Phosphorylation of Sld2 and Sld3 by cyclin-dependent kinases promotes DNA replication in budding yeast p281

Philip Zegerman and John F. X. Diffley

doi:10.1038/nature05432

See also: Editor's summary | News and Views by Botchan


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Letters

Dark matter maps reveal cosmic scaffolding p286

Richard Massey, Jason Rhodes, Richard Ellis, Nick Scoville, Alexie Leauthaud, Alexis Finoguenov, Peter Capak, David Bacon, Hervé Aussel, Jean-Paul Kneib, Anton Koekemoer, Henry McCracken, Bahram Mobasher, Sandrine Pires, Alexandre Refregier, Shunji Sasaki, Jean-Luc Starck, Yoshi Taniguchi, Andy Taylor and James Taylor

doi:10.1038/nature05497

See also: Editor's summary | News and Views by Linder


High-temperature metal–organic magnets p291

Rajsapan Jain, Khayrul Kabir, Joe B. Gilroy, Keith A. R. Mitchell, Kin-chung Wong and Robin G. Hicks

doi:10.1038/nature05439

See also: Editor's summary


Reversible stress softening of actin networks p295

Ovijit Chaudhuri, Sapun H. Parekh and Daniel A. Fletcher

doi:10.1038/nature05459

See also: Editor's summary


Seasonal characteristics of the Indian Ocean Dipole during the Holocene epoch p299

Nerilie J. Abram, Michael K. Gagan, Zhengyu Liu, Wahyoe S. Hantoro, Malcolm T. McCulloch and Bambang W. Suwargadi

doi:10.1038/nature05477

See also: Editor's summary | News and Views by Overpeck & Cole


Complex gas hydrate from the Cascadia margin p303

Hailong Lu, Yu-taek Seo, Jong-won Lee, Igor Moudrakovski, John A. Ripmeester, N. Ross Chapman, Richard B. Coffin, Graeme Gardner and John Pohlman

doi:10.1038/nature05463

See also: Editor's summary


A critical ligamentous mechanism in the evolution of avian flight p307

David B. Baier, Stephen M. Gatesy and Farish A. Jenkins

doi:10.1038/nature05435

See also: Editor's summary


Sonic hedgehog function in chondrichthyan fins and the evolution of appendage patterning p311

Randall D. Dahn, Marcus C. Davis, William N. Pappano and Neil H. Shubin

doi:10.1038/nature05436

See also: Editor's summary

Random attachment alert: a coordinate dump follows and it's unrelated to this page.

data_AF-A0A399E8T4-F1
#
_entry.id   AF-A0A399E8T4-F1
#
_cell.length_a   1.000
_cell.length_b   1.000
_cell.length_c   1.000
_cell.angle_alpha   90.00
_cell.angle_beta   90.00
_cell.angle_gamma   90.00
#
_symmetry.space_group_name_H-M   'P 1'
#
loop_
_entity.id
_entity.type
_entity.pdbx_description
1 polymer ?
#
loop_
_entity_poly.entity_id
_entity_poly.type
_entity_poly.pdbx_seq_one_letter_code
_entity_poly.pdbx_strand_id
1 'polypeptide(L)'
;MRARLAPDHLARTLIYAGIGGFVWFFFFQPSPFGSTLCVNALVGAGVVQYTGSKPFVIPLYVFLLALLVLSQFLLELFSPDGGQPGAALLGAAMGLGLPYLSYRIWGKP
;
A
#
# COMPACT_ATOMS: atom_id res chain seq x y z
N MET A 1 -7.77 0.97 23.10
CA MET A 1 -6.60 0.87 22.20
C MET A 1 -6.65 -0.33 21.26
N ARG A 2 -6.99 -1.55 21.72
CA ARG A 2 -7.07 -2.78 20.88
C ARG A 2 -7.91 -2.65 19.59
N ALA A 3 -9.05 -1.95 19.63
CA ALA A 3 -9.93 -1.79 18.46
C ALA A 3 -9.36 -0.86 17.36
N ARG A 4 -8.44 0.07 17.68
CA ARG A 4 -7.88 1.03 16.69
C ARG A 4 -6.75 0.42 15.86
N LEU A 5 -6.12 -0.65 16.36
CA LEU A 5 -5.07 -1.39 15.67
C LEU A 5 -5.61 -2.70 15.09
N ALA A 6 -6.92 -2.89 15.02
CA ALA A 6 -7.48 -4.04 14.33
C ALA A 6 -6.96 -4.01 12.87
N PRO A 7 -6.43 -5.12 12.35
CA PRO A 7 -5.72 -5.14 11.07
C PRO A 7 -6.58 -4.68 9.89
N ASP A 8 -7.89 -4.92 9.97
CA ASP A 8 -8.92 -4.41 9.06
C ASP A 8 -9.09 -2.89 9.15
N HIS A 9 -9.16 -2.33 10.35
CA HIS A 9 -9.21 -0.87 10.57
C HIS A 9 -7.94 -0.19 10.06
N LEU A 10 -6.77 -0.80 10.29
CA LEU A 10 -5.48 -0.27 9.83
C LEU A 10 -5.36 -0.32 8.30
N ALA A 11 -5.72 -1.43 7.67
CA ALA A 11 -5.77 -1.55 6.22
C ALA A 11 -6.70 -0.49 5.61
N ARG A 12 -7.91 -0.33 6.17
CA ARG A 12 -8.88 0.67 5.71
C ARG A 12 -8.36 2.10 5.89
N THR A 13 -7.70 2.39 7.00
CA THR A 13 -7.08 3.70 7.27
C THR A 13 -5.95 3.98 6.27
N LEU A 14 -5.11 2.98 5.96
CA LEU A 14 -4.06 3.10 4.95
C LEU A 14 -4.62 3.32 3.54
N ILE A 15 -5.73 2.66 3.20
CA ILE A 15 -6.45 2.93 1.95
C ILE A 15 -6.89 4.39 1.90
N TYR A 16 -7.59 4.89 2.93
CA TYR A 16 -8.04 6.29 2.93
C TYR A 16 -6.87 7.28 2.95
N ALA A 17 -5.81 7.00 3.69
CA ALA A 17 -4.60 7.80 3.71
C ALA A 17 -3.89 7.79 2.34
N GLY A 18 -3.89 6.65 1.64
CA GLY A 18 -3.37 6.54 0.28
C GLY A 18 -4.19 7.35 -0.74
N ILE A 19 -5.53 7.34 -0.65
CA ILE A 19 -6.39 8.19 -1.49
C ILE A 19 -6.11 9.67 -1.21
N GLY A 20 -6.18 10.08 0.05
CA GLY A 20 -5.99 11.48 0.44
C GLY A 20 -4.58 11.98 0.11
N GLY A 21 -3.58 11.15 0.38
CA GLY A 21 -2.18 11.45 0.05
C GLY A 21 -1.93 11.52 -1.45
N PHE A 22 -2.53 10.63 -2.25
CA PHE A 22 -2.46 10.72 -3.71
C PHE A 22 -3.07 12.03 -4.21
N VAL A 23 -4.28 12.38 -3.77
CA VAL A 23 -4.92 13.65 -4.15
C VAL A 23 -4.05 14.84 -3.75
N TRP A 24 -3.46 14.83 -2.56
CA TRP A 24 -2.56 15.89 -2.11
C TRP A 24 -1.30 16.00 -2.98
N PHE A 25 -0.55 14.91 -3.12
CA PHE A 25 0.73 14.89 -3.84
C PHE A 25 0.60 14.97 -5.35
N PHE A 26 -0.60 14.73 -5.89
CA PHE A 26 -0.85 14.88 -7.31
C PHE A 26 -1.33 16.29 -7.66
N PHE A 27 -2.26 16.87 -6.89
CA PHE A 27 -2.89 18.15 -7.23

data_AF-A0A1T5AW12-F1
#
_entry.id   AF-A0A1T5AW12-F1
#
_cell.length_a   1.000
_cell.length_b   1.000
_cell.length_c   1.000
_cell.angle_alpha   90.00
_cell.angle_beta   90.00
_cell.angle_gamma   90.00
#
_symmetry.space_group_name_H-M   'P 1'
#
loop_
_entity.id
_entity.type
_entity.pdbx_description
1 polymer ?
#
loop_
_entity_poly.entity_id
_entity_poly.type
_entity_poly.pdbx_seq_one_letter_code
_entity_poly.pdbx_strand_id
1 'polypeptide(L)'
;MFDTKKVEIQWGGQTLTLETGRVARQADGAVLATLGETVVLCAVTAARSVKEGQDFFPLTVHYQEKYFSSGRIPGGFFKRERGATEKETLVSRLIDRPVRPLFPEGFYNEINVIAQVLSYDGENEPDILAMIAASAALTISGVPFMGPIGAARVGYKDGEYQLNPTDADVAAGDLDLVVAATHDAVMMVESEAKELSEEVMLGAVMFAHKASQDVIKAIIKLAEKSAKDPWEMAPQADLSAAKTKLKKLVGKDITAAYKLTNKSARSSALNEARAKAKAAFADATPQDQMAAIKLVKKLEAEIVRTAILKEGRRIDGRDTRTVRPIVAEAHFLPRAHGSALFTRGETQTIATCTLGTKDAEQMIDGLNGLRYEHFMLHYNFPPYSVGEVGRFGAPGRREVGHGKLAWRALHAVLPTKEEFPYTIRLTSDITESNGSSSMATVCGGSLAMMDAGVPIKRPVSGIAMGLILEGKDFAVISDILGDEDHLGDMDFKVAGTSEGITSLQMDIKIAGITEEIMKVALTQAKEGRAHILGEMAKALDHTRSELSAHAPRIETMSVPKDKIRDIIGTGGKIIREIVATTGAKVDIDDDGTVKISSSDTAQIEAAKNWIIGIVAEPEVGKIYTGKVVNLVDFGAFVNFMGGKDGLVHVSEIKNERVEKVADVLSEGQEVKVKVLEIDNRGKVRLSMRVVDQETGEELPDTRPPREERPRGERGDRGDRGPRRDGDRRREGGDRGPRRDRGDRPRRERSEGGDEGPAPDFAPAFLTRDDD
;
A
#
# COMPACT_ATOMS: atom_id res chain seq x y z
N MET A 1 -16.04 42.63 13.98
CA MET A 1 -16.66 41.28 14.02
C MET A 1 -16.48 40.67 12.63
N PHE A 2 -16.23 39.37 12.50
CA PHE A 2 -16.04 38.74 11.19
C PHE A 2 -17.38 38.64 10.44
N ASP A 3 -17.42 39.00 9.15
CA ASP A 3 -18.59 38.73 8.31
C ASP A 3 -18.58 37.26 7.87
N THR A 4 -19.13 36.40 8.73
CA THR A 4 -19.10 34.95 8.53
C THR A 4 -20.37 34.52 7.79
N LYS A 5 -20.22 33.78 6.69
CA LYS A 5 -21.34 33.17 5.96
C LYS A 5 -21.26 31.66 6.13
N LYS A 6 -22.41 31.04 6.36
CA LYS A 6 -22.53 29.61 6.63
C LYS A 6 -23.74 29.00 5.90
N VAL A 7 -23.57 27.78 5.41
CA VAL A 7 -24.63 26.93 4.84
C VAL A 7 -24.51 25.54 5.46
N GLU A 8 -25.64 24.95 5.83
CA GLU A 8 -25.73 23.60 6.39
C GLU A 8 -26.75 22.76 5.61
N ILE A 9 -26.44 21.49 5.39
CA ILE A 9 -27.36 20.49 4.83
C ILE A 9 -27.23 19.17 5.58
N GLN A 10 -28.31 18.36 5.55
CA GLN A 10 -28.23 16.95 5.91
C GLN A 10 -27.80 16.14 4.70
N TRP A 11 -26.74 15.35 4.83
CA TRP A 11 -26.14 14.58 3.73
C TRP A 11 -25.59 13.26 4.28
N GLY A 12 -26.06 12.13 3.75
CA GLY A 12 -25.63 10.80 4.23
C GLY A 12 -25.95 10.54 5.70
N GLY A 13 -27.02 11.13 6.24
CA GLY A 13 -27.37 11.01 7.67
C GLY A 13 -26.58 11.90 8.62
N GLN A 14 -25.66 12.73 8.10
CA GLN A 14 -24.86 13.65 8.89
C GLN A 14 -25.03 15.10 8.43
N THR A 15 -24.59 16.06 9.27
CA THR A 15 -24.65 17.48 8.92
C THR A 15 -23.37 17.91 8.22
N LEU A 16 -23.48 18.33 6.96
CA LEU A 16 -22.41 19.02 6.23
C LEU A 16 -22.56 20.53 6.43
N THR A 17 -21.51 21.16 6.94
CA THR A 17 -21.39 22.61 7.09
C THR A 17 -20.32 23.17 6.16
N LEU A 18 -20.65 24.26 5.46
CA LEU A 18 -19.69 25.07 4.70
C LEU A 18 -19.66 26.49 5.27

Categorization of behavioural sequences in the prefrontal cortex p315

Keisetsu Shima, Masaki Isoda, Hajime Mushiake and Jun Tanji

doi:10.1038/nature05470

See also: Editor's summary


Aberrant innate immune response in lethal infection of macaques with the 1918 influenza virus p319

Darwyn Kobasa, Steven M. Jones, Kyoko Shinya, John C. Kash, John Copps, Hideki Ebihara, Yasuko Hatta, Jin Hyun Kim, Peter Halfmann, Masato Hatta, Friederike Feldmann, Judie B. Alimonti, Lisa Fernando, Yan Li, Michael G. Katze, Heinz Feldmann and Yoshihiro Kawaoka

doi:10.1038/nature05495

See also: Editor's summary | News and Views by Loo & Gale


Toxoplasma co-opts host gene expression by injection of a polymorphic kinase homologue p324

J. P. J. Saeij, S. Coller, J. P. Boyle, M. E. Jerome, M. W. White and J. C. Boothroyd

doi:10.1038/nature05395

See also: Editor's summary


CDK-dependent phosphorylation of Sld2 and Sld3 initiates DNA replication in budding yeast p328

Seiji Tanaka, Toshiko Umemori, Kazuyuki Hirai, Sachiko Muramatsu, Yoichiro Kamimura and Hiroyuki Araki

doi:10.1038/nature05465

See also: News and Views by Botchan


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Naturejobs

Prospect

Prospects p333

Perks beyond pay attract researchers to top employers.

Paul Smaglik

doi:10.1038/nj7125-333a


Special Report

Don't stop me now p334

Unlike their US counterparts, European scientists can be forced to retire while they're still productive. But some in Germany are finding ways to go on. Britta Danger reports.

Britta Danger

doi:10.1038/nj7125-334a


Recruitment

Great expectations p338

You know what you want from a job. But how do you convince an employer that your skills are relevant?

Jens-Peter Mayer

doi:10.1038/nj7125-338a


Highlights

Opportunities: The National Institutes of Health

doi:10.1038/nj0143